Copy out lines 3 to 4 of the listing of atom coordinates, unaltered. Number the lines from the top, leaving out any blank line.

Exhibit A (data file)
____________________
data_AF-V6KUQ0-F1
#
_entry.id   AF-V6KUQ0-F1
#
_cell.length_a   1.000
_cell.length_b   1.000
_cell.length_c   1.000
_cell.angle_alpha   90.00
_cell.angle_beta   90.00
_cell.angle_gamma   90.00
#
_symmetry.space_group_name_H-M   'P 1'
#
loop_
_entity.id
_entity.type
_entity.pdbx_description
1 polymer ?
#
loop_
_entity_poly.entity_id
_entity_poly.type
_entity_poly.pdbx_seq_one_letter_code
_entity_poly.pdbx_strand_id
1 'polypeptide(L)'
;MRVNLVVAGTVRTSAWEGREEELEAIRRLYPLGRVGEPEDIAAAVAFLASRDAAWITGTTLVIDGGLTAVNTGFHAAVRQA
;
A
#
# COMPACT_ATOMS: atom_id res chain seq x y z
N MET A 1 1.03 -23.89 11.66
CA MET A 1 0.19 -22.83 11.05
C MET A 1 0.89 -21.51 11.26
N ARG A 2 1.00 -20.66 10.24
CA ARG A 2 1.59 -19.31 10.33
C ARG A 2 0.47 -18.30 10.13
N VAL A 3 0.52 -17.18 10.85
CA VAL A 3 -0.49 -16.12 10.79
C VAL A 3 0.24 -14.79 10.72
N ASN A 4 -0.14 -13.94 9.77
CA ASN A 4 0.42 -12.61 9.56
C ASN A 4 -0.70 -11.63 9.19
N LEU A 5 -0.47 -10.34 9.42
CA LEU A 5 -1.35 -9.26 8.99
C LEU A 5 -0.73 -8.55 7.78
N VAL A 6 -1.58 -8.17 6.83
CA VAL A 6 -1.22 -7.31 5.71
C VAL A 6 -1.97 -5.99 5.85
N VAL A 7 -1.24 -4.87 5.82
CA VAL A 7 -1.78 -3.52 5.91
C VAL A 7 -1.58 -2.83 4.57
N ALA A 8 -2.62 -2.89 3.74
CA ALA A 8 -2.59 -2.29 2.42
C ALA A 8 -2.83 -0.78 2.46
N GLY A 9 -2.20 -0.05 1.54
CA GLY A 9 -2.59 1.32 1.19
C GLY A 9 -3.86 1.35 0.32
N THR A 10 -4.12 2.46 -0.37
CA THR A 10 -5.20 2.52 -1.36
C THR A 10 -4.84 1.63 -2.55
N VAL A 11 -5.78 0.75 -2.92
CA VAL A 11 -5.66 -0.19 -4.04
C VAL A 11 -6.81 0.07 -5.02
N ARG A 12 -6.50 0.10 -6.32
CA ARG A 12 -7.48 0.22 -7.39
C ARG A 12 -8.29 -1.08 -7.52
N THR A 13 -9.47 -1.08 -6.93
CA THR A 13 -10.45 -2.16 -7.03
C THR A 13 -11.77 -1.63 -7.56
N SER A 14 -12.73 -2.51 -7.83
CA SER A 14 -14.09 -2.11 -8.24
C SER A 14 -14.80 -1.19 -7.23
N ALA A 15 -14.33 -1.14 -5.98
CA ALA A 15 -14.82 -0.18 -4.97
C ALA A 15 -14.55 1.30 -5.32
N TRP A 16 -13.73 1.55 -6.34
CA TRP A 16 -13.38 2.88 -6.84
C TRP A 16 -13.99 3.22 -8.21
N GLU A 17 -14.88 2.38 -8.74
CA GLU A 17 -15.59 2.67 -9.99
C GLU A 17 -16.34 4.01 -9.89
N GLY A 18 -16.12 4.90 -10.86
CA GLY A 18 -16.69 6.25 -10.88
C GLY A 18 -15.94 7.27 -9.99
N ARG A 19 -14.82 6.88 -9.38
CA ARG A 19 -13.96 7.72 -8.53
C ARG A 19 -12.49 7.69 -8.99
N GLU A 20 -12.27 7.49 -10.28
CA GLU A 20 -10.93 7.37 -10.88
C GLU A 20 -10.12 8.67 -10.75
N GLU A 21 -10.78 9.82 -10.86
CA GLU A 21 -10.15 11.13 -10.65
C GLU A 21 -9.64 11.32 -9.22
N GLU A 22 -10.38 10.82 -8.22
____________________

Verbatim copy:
_entry.id   AF-V6KUQ0-F1
#